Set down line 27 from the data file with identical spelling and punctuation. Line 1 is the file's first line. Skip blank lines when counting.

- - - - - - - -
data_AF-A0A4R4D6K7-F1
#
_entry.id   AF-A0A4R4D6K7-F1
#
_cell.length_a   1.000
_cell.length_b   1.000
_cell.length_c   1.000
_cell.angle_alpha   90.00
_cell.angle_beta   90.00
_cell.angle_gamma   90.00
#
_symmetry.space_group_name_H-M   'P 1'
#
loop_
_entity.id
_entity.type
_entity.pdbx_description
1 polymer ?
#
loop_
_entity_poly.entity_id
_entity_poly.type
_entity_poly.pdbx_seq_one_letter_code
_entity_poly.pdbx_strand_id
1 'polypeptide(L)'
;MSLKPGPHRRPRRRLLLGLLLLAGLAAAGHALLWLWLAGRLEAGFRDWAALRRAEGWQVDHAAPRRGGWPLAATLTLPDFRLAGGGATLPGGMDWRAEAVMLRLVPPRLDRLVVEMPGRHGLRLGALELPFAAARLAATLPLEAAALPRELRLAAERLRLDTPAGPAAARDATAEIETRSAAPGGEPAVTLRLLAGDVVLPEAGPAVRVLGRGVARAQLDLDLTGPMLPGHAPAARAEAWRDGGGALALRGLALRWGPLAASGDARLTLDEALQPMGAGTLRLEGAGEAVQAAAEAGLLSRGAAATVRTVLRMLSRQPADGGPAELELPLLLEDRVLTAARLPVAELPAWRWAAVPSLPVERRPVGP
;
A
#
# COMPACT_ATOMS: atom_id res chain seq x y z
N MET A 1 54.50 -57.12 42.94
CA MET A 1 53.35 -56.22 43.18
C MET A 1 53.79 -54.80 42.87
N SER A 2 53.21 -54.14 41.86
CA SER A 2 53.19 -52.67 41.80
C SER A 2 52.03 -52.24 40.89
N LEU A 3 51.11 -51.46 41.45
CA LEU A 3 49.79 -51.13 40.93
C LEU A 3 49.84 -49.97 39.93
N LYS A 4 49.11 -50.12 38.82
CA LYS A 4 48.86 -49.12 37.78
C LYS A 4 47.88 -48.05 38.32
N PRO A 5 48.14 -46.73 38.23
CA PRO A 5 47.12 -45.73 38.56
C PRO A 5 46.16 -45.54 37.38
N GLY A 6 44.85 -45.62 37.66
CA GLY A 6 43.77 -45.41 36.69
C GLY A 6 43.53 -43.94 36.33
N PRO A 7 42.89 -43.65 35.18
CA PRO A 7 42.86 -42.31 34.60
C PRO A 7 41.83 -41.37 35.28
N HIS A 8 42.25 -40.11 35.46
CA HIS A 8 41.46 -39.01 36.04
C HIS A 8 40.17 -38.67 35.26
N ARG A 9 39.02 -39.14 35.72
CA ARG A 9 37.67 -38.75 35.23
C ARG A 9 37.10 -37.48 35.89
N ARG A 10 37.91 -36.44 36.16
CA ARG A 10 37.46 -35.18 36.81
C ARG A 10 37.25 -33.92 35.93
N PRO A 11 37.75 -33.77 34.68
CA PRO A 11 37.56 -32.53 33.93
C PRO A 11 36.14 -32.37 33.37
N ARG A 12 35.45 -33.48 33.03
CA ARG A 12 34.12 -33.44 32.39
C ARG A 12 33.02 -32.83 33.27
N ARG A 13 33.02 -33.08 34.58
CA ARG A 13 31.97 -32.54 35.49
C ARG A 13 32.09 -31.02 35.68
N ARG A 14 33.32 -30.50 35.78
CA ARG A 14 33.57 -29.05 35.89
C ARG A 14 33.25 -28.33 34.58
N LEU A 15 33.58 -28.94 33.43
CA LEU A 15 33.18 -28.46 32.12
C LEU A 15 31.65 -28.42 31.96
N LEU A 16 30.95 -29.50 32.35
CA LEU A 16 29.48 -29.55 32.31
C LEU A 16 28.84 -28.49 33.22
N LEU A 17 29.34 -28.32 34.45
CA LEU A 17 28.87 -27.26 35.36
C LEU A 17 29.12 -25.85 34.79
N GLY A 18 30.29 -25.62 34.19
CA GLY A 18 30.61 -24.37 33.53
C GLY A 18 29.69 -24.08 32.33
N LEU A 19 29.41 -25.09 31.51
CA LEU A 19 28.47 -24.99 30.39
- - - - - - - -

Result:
;